The Marmot Review on health inequalities emphasised councils’ central role but many in local government were left frustrated by the lack of detail.
Professor Sir Michael Marmot’s findings have been criticised as failing to shine a clear enough light on what the sector should actually do to address society’s imbalances.
Fair Society, Healthy Lives proposes six key areas for work, of which more pump-priming for early years’ initiatives is the priority, but it falls short on solid proposals for immediate action.
It does call for “greater emphasis” on the “pivotal role” councils have in delivering health improvement. But there is little on how this should progress and no action plan, despite examples of good practice, such as Liverpool’s Healthy Homes Programme (right).
Prof Sir Michael also calls for better monitoring of results and sharing of the evidence of success from local government initiatives, as well as the introduction of national targets on life expectancy and health inequality, including a new benchmark for measuring the proportion of households that have an income considered “sufficient” for healthy living.
Amelia Walker, who leads the Local Government Information Unit’s Centre for Service Transformation, says the report essentially paints an already understood picture of what is wrong without any useful next steps.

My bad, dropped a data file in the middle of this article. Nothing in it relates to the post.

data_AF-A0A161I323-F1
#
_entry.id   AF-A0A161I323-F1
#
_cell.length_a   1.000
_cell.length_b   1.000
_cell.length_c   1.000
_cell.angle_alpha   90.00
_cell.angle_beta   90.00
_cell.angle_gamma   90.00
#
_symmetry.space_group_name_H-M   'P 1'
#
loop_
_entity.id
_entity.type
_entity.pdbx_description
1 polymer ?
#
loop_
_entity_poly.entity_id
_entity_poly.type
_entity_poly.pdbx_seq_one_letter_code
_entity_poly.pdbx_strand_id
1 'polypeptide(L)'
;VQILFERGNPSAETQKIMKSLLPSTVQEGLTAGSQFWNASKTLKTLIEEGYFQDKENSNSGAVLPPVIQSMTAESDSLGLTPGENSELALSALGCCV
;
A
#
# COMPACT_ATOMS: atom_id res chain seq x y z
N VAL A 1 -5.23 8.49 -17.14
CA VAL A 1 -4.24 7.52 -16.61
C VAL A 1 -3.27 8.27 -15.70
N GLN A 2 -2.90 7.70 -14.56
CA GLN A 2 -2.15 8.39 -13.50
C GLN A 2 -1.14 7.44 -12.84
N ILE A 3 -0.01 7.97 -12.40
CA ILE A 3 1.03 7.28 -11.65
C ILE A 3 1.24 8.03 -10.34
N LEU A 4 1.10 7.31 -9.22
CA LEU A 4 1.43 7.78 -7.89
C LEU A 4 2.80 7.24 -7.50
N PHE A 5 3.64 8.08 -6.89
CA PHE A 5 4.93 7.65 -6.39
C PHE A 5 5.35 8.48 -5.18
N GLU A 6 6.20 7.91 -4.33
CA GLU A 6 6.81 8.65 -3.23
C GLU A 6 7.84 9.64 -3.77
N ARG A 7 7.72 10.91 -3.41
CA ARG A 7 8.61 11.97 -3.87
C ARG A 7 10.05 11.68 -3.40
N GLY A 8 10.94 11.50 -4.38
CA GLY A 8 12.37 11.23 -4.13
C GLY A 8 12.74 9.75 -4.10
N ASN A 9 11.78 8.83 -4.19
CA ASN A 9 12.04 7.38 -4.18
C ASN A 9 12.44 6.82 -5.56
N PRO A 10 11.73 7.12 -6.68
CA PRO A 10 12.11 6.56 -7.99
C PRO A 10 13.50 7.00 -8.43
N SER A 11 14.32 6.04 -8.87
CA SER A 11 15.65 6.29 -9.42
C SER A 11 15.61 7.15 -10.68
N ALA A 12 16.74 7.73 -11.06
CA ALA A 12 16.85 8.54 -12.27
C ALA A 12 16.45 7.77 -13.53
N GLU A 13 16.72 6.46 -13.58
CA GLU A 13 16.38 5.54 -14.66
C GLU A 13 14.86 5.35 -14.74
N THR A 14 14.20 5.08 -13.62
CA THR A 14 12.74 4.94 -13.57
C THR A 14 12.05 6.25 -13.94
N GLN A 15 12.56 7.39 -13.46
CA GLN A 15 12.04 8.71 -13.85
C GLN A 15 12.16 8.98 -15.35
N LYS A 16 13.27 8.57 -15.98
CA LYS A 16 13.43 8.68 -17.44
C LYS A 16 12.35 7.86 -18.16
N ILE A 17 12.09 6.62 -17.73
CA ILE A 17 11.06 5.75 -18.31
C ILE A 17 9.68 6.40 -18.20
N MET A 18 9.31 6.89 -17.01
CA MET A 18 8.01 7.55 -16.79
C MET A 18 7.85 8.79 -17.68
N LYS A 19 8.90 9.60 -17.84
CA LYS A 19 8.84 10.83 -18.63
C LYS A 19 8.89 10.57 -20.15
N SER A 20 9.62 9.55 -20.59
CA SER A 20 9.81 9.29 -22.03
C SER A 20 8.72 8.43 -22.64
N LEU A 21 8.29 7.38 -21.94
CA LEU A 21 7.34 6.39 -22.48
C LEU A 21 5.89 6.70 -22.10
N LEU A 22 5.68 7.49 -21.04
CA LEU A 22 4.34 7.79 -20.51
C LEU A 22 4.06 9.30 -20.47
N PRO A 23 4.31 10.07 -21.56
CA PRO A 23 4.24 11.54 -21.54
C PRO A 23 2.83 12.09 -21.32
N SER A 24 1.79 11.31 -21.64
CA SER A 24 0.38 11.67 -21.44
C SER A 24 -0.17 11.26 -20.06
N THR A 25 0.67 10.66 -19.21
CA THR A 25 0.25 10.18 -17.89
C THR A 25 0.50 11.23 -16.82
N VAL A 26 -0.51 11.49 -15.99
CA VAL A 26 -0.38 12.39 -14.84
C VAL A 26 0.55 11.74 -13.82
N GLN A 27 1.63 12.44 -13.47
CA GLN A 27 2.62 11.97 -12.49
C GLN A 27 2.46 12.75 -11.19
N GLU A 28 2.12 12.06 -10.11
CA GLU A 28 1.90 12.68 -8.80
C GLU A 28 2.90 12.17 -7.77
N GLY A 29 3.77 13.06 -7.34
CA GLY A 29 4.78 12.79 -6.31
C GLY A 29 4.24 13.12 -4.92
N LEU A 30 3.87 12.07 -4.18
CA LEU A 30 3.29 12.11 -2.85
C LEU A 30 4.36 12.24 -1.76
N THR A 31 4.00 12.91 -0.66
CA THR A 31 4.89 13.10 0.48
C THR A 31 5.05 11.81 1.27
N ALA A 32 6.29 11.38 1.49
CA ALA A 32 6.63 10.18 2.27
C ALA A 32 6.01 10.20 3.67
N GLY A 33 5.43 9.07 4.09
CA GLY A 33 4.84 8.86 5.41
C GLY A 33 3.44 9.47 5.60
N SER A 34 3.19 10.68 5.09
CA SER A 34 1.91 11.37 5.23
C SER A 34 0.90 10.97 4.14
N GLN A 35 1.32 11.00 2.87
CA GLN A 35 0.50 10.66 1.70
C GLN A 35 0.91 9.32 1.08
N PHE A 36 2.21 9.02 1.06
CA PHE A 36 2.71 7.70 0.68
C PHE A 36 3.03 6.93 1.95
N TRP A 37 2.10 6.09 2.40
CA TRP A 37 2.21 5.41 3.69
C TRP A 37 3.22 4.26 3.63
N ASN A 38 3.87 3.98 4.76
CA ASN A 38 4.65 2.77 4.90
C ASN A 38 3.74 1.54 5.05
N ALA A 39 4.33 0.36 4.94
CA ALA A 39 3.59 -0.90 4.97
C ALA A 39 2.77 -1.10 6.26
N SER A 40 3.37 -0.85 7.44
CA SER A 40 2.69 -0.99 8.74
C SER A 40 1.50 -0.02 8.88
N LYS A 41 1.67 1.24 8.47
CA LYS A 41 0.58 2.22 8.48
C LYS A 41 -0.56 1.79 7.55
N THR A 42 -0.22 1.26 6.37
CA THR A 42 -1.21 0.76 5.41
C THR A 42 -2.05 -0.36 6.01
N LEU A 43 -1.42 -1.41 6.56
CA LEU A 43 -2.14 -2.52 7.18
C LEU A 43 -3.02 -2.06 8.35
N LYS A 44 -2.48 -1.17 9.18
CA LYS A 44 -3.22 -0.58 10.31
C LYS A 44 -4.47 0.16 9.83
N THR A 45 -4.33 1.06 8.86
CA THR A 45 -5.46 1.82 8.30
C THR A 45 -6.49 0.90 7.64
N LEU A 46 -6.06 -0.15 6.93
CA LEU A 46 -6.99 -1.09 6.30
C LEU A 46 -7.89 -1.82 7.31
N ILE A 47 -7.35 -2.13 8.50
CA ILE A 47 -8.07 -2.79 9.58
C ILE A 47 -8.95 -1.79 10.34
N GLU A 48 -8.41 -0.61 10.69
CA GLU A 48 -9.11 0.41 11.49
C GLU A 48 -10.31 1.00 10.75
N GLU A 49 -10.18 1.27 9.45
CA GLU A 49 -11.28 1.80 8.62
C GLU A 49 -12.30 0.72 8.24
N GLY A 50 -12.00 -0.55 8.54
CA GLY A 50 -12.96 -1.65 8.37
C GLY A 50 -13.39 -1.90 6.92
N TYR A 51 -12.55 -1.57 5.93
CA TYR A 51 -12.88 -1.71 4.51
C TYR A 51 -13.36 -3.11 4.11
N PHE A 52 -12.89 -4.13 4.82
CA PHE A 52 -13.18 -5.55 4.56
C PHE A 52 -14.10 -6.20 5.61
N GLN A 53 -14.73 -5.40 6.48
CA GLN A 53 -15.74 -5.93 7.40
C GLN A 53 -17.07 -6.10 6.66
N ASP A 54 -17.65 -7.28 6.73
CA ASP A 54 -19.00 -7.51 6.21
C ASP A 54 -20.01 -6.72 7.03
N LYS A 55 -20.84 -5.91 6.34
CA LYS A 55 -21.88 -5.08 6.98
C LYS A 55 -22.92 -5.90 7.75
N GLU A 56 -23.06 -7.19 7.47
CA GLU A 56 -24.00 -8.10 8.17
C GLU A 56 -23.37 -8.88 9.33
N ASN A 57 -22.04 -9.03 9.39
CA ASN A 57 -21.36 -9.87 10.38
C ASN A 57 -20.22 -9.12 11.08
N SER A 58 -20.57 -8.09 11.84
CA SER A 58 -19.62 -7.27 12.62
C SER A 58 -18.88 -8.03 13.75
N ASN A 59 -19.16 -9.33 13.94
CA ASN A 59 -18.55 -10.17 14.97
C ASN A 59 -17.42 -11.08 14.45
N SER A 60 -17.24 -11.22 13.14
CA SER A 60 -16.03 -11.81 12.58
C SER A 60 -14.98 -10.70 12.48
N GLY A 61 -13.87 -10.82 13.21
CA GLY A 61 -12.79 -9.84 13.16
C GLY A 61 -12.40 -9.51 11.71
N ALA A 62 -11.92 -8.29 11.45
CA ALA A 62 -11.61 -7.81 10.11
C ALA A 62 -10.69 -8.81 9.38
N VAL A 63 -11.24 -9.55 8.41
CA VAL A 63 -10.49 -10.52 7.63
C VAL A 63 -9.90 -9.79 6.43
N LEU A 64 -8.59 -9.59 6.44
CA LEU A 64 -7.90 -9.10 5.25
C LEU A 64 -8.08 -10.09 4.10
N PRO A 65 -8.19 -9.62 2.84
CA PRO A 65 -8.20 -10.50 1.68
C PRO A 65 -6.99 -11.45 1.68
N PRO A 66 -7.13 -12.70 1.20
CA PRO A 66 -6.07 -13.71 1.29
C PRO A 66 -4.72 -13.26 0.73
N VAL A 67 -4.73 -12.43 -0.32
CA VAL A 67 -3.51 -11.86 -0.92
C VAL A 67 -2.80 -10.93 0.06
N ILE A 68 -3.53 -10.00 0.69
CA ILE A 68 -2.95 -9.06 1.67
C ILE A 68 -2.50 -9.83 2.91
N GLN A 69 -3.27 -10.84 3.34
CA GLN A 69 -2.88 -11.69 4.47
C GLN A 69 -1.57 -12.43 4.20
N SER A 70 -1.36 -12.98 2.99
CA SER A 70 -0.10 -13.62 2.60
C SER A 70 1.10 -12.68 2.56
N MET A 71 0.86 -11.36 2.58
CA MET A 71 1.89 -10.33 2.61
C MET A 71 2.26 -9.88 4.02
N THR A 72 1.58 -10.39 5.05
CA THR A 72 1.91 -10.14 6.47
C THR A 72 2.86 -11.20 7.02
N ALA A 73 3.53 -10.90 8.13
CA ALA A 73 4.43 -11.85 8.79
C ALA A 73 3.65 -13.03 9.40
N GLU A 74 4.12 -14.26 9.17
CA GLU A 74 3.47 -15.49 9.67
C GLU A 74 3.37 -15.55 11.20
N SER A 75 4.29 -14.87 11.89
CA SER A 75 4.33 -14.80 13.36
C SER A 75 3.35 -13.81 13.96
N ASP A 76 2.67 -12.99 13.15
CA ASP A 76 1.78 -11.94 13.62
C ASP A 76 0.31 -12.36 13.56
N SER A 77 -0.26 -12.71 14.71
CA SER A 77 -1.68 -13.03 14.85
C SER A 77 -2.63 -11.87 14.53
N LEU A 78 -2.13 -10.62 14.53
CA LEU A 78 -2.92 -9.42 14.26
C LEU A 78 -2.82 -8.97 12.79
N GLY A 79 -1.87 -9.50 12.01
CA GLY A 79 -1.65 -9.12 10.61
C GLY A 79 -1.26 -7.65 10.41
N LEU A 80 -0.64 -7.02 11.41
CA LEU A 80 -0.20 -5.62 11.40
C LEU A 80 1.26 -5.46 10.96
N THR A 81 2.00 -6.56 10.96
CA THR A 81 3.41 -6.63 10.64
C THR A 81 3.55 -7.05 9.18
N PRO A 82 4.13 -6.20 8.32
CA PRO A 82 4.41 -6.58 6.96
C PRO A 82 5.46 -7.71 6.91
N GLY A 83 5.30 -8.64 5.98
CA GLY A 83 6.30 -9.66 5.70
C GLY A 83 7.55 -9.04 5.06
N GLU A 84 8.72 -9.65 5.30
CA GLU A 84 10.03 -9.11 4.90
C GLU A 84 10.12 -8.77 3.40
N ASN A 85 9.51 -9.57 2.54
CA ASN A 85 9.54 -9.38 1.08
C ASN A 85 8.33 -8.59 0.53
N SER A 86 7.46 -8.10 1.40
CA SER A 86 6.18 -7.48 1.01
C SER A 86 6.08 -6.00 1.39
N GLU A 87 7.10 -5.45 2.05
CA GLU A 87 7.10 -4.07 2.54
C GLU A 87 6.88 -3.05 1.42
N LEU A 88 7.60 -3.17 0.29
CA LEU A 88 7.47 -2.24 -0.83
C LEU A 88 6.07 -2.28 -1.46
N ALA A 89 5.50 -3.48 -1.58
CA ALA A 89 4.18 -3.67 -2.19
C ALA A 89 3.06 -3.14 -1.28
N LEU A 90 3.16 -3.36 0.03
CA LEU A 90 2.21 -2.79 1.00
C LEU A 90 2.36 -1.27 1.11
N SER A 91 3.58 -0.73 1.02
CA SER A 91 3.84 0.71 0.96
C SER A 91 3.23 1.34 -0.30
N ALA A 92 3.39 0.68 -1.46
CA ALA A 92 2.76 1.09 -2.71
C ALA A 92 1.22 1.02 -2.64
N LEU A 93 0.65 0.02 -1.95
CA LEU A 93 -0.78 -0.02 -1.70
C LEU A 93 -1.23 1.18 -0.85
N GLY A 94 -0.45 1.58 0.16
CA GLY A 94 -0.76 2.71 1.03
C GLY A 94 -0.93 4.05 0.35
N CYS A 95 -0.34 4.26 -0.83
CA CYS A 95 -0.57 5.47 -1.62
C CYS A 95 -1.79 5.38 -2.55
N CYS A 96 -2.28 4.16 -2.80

But she says councils could take some empowering messages from the report. “The really useful thing for local government is that it very clearly says that health inequalities are … about things that local government is responsible for.
“The big message for local government, which doesn’t come across clearly, is to see that if we want to have better health in the hope of having less expensive health services, you need to move more money into prevention.”
Ms Walker argues that at a time when billions of pounds need to be saved, there is a good case for redirecting health prevention funding away from the Department of Health and paying it directly to councils, on Total Place principles.
Barnsley MBC chief executive Phil Coppard, who was involved in an early phase of the review process, agrees that a funding bias towards the NHS is a problem.
“Most of what needs to be done isn’t within the remit of the NHS, and that is a fundamental flaw of the way that health inequalities are approached,” he says.
Alyson Morley, senior policy consultant at the Local Government Association, describes the report as a “missed opportunity”.
“The whole point of health inequalities is to try and get down the business case for co-operative public spending,” she says.
James Hulme, head of communications at the New Local Government Network says the report has failed to adequately highlight the constraints local authorities face in exercising influence over health spending.
“The vast majority of decisions are made by unelected primary care trusts and we would like to see a clearer role for democratically elected and accountable local government,” he says.